"La semaine des deux Shylock." that is radically anti-Semitic.
Egervari's introduction notes that unlike the "orchestral organizations in Theresienstadt or elsewhere" no theatrical activities took place in Auschwitz.
Abella and Troper further document how Jewish quotas existed in various professions, universities, medical schools and industries.
Jews were restricted from buying property in some areas, from holidaying at some resorts, from joining many private clubs or using their recreational facilities and even from sitting on boards of various charitable, educational, financial and business organizations. There was even some violence as Jew and anti-Semite confronted one another on the streets of Toronto, Winnipeg and other Canadian cities .
I myself have never allowed that thought to be entertained for a moment or to have any feeling which would permit prejudice to develop, but I must say that the evidence is very strong, not against all Jews, which is quite wrong, as one cannot indict a race any more than one can a nation, but that in a large percentage of the race there are tendencies and trends which are dangerous indeed. 228) In such racist contexts, Egervari's play makes an important contribution to assimilating issues of national and international importance into a local Canadian theatrical context.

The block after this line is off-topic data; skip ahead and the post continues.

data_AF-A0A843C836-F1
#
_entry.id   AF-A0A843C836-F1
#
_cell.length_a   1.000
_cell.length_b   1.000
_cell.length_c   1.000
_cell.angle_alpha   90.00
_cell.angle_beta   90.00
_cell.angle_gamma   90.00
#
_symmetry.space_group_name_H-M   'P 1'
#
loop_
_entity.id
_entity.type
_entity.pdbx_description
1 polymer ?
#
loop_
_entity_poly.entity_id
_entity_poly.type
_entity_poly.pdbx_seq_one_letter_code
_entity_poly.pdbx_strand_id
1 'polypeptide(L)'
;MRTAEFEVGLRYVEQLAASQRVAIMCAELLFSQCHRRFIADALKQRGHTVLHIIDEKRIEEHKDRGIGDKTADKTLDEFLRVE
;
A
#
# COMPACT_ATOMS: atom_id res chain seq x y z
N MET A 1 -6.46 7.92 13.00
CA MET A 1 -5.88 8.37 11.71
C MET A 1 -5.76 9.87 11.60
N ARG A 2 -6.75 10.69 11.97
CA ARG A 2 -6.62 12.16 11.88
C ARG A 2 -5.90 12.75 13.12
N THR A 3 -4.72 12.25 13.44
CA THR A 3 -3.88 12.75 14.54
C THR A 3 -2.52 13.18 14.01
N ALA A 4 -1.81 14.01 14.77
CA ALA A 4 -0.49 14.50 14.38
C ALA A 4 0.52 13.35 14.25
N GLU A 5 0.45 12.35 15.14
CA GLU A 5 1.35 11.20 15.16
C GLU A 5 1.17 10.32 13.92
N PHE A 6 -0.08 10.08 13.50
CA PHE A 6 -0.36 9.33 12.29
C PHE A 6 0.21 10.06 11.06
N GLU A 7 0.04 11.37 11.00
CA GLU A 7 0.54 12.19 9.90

As a Shakespearean adaptation, the play engages with a genre flexible enough to reflect on the unspeakable horrors of Auschwitz from within a local cultural context.Egervari's work takes on Nazism, anti-Semitism, and the production contexts of , and used explicit materials and documents from the Nazi era to thicken the cultural critique of anti-Semitism it presents (including in one notable instance a negative image of the Jew as frightening, hook-nosed caricature with the caption "Jews are Messiah murderers").As a theatrical adaptation, then, Egervari's work compounds and collides multiple texts and influences with Shakespeare's ur -work within the multilinguistic and multicultural context of Canada, whose own legacy provides sobering reminders of Canada's long-standing restrictionist immigration policies towards Jews in the 20s and 30s.When Egervari's play was staged in Montreal in 1993, it opened on the same night (at the Salle Gésu, a church basement theatre in a building owned by Jesuits) as Théâtre du Nouveau Monde's French version of directed by Daniel Roussel.The simultaneous opening of a radical criticism of the play post-Auschwitz and of a more traditional translation of the play sparked a significant debate in Montreal among the Jewish community and in the local press.Egervari's work fuses his own experience as a Hungarian Jew with the unthinkable evil of Auschwitz filtered through Shakespearean theatrical contexts.A further important context for understanding the play is that in 1933, the Nazis staged 20 times.His mother and younger sister died there and his two older sisters survived.Wiesel also spent time in Buchenwald with his father, who died there shortly before liberation in 1945.Although every effort has been made to secure permission for materials uploaded on the CASP site, in some circumstances we have been unable to locate copyright holders.Links may be made to our site but under no conditions are the texts and images to be copied and mounted onto another site server.